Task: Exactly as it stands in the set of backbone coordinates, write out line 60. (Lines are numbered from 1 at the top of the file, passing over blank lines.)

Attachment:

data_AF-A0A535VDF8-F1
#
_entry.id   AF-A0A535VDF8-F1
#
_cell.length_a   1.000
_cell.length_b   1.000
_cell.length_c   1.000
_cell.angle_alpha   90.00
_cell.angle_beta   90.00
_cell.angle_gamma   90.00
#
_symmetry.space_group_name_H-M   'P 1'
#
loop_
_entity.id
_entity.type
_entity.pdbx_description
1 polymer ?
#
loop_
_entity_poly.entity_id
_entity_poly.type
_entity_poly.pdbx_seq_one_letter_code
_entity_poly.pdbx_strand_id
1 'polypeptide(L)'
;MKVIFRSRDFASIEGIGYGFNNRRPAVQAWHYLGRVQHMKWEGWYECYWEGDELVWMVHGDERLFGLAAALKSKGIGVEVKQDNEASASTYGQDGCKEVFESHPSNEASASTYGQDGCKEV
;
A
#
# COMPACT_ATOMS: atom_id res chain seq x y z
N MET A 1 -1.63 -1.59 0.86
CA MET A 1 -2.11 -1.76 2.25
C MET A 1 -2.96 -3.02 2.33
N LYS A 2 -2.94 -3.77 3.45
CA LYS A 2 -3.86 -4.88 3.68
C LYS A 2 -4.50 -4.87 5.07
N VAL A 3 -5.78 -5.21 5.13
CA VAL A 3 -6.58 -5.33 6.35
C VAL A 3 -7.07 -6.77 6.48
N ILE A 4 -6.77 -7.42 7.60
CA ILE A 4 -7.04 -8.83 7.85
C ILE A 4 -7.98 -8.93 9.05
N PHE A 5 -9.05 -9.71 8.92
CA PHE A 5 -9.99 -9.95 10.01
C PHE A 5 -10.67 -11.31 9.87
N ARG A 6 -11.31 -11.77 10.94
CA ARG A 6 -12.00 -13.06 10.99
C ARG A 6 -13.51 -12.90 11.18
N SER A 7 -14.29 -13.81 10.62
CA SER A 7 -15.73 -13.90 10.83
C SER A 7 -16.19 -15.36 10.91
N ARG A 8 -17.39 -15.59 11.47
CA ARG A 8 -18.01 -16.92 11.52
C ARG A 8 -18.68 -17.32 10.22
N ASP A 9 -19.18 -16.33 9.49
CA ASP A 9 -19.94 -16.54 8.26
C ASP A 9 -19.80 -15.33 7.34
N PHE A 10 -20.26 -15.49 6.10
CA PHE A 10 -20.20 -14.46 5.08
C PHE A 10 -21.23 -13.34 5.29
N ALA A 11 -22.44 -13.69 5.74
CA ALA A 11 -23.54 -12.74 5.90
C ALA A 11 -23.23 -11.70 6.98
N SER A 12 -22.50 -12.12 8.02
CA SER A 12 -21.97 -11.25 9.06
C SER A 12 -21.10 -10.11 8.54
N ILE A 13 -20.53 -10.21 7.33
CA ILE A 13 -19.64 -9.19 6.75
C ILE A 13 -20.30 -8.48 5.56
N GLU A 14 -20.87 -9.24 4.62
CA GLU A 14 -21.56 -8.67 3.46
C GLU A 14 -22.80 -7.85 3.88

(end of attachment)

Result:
C PHE A 10 -21.23 -13.34 5.29